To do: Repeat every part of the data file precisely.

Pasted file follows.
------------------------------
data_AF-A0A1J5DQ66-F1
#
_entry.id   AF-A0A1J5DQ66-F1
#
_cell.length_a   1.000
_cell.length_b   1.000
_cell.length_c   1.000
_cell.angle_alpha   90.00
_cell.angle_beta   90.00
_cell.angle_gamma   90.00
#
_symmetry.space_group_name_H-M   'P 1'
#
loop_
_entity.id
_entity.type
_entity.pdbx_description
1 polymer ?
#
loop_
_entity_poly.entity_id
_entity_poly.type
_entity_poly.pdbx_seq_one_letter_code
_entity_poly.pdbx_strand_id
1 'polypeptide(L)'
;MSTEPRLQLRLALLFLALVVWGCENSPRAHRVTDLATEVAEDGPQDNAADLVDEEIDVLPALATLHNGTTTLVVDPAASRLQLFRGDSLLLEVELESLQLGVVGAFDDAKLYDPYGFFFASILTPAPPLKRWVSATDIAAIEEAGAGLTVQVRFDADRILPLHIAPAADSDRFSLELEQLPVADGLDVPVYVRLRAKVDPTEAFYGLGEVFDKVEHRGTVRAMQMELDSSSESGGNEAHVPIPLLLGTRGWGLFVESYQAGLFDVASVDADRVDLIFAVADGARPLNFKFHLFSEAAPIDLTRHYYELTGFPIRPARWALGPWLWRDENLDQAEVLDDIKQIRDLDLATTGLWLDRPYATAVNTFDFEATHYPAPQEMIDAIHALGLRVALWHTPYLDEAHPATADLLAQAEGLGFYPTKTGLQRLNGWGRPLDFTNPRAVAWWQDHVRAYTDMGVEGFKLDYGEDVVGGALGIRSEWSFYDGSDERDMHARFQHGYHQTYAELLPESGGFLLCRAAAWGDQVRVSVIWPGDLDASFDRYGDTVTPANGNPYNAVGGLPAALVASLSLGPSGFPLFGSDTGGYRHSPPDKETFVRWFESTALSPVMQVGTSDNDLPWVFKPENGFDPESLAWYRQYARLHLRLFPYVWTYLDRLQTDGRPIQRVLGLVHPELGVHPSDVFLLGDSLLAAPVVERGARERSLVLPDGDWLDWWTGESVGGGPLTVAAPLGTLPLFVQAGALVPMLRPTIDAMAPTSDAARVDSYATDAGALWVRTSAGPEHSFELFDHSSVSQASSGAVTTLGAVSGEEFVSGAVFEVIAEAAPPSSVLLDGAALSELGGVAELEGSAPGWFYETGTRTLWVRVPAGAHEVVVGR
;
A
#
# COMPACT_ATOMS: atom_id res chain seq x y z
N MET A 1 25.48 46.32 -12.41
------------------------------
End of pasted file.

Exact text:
data_AF-A0A1J5DQ66-F1
#
_entry.id   AF-A0A1J5DQ66-F1
#
_cell.length_a   1.000
_cell.length_b   1.000
_cell.length_c   1.000
_cell.angle_alpha   90.00
_cell.angle_beta   90.00
_cell.angle_gamma   90.00
#
_symmetry.space_group_name_H-M   'P 1'
#
loop_
_entity.id
_entity.type
_entity.pdbx_description
1 polymer ?
#
loop_
_entity_poly.entity_id
_entity_poly.type
_entity_poly.pdbx_seq_one_letter_code
_entity_poly.pdbx_strand_id
1 'polypeptide(L)'
;MSTEPRLQLRLALLFLALVVWGCENSPRAHRVTDLATEVAEDGPQDNAADLVDEEIDVLPALATLHNGTTTLVVDPAASRLQLFRGDSLLLEVELESLQLGVVGAFDDAKLYDPYGFFFASILTPAPPLKRWVSATDIAAIEEAGAGLTVQVRFDADRILPLHIAPAADSDRFSLELEQLPVADGLDVPVYVRLRAKVDPTEAFYGLGEVFDKVEHRGTVRAMQMELDSSSESGGNEAHVPIPLLLGTRGWGLFVESYQAGLFDVASVDADRVDLIFAVADGARPLNFKFHLFSEAAPIDLTRHYYELTGFPIRPARWALGPWLWRDENLDQAEVLDDIKQIRDLDLATTGLWLDRPYATAVNTFDFEATHYPAPQEMIDAIHALGLRVALWHTPYLDEAHPATADLLAQAEGLGFYPTKTGLQRLNGWGRPLDFTNPRAVAWWQDHVRAYTDMGVEGFKLDYGEDVVGGALGIRSEWSFYDGSDERDMHARFQHGYHQTYAELLPESGGFLLCRAAAWGDQVRVSVIWPGDLDASFDRYGDTVTPANGNPYNAVGGLPAALVASLSLGPSGFPLFGSDTGGYRHSPPDKETFVRWFESTALSPVMQVGTSDNDLPWVFKPENGFDPESLAWYRQYARLHLRLFPYVWTYLDRLQTDGRPIQRVLGLVHPELGVHPSDVFLLGDSLLAAPVVERGARERSLVLPDGDWLDWWTGESVGGGPLTVAAPLGTLPLFVQAGALVPMLRPTIDAMAPTSDAARVDSYATDAGALWVRTSAGPEHSFELFDHSSVSQASSGAVTTLGAVSGEEFVSGAVFEVIAEAAPPSSVLLDGAALSELGGVAELEGSAPGWFYETGTRTLWVRVPAGAHEVVVGR
;
A
#
# COMPACT_ATOMS: atom_id res chain seq x y z
N MET A 1 25.48 46.32 -12.41